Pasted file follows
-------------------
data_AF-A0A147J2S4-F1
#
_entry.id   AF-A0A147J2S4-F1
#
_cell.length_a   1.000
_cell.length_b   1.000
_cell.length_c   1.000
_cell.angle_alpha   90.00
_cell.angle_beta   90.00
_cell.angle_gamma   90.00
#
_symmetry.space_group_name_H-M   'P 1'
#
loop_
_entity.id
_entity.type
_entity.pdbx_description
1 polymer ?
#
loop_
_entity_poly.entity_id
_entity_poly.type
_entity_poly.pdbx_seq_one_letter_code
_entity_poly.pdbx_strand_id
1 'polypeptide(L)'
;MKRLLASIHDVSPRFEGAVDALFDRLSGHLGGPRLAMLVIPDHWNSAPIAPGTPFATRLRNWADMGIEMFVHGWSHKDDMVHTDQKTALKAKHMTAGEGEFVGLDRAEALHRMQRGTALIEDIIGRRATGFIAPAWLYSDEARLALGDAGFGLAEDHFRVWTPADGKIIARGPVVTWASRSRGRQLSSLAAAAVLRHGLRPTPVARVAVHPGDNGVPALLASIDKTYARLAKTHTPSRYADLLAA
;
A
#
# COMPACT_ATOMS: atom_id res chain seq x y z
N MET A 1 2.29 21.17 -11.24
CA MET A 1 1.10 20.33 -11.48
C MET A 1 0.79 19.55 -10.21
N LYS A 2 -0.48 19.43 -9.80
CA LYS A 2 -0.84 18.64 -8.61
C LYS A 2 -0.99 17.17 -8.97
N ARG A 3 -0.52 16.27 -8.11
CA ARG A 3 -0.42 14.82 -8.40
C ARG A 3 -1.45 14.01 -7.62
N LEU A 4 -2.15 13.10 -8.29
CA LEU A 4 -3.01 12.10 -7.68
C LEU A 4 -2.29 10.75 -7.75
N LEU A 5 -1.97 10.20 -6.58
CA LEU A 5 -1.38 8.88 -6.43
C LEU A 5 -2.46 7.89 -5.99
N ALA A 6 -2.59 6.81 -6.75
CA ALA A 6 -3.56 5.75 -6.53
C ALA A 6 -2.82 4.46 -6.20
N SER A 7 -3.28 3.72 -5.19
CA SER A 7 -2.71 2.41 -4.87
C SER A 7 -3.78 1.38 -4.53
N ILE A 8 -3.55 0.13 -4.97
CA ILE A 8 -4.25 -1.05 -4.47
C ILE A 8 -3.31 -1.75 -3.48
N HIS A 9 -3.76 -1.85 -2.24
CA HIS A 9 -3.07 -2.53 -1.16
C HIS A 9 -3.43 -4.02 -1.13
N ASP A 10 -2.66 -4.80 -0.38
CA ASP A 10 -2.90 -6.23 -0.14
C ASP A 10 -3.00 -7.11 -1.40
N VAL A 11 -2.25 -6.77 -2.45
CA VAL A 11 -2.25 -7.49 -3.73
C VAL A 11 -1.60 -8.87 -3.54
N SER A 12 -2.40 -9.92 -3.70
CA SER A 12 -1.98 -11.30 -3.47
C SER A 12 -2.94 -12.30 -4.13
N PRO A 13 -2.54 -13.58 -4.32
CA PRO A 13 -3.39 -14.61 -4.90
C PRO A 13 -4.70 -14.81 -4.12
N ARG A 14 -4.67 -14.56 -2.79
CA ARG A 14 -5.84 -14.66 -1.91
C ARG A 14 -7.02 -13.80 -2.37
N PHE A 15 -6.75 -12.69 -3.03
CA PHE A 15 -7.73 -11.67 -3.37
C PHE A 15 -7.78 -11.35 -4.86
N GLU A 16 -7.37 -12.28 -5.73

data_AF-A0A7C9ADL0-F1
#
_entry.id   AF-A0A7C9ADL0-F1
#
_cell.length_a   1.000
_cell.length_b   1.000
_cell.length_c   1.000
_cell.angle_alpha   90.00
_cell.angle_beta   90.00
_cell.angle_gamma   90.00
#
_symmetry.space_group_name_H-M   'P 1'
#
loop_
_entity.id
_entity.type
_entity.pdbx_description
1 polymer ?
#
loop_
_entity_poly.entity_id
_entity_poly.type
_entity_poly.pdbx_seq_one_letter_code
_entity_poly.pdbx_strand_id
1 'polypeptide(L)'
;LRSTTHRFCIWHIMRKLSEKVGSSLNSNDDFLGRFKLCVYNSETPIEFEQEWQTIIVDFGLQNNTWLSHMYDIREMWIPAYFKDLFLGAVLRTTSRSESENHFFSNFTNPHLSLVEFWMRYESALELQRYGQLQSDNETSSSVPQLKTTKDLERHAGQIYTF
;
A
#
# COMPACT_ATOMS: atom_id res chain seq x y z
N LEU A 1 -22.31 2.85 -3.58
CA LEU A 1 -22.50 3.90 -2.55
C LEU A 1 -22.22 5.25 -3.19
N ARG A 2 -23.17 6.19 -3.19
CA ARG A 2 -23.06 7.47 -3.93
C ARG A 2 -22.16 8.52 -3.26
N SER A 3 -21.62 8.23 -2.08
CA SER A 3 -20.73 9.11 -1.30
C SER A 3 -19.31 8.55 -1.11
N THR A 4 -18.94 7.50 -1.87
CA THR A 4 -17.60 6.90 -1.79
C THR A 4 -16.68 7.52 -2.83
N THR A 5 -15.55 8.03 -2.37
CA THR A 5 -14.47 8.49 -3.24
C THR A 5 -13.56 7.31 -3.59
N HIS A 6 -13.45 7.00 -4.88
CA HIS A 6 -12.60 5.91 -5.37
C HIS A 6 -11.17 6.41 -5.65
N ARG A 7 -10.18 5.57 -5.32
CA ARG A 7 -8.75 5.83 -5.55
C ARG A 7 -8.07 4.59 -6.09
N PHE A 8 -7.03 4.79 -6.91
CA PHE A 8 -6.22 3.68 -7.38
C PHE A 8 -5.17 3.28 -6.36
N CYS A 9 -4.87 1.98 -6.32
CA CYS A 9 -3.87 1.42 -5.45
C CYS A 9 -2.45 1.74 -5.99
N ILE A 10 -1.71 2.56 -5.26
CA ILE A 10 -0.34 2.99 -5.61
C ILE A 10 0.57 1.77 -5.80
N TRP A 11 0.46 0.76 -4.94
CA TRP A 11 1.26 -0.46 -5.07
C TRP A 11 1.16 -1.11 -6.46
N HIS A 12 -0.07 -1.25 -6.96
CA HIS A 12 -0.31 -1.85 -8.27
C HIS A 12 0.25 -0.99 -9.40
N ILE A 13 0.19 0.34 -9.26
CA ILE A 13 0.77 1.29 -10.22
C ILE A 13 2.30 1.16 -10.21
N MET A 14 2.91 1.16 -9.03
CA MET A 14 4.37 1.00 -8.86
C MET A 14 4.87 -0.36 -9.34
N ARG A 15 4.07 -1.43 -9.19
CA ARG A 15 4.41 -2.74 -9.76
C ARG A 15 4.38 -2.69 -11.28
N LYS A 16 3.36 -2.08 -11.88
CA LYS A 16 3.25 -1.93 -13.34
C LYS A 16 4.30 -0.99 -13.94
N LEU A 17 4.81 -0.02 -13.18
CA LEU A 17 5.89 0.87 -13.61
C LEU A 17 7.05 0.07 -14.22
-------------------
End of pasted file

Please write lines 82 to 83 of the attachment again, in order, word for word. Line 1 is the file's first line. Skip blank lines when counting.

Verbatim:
_cell.length_b   1.000
_cell.length_c   1.000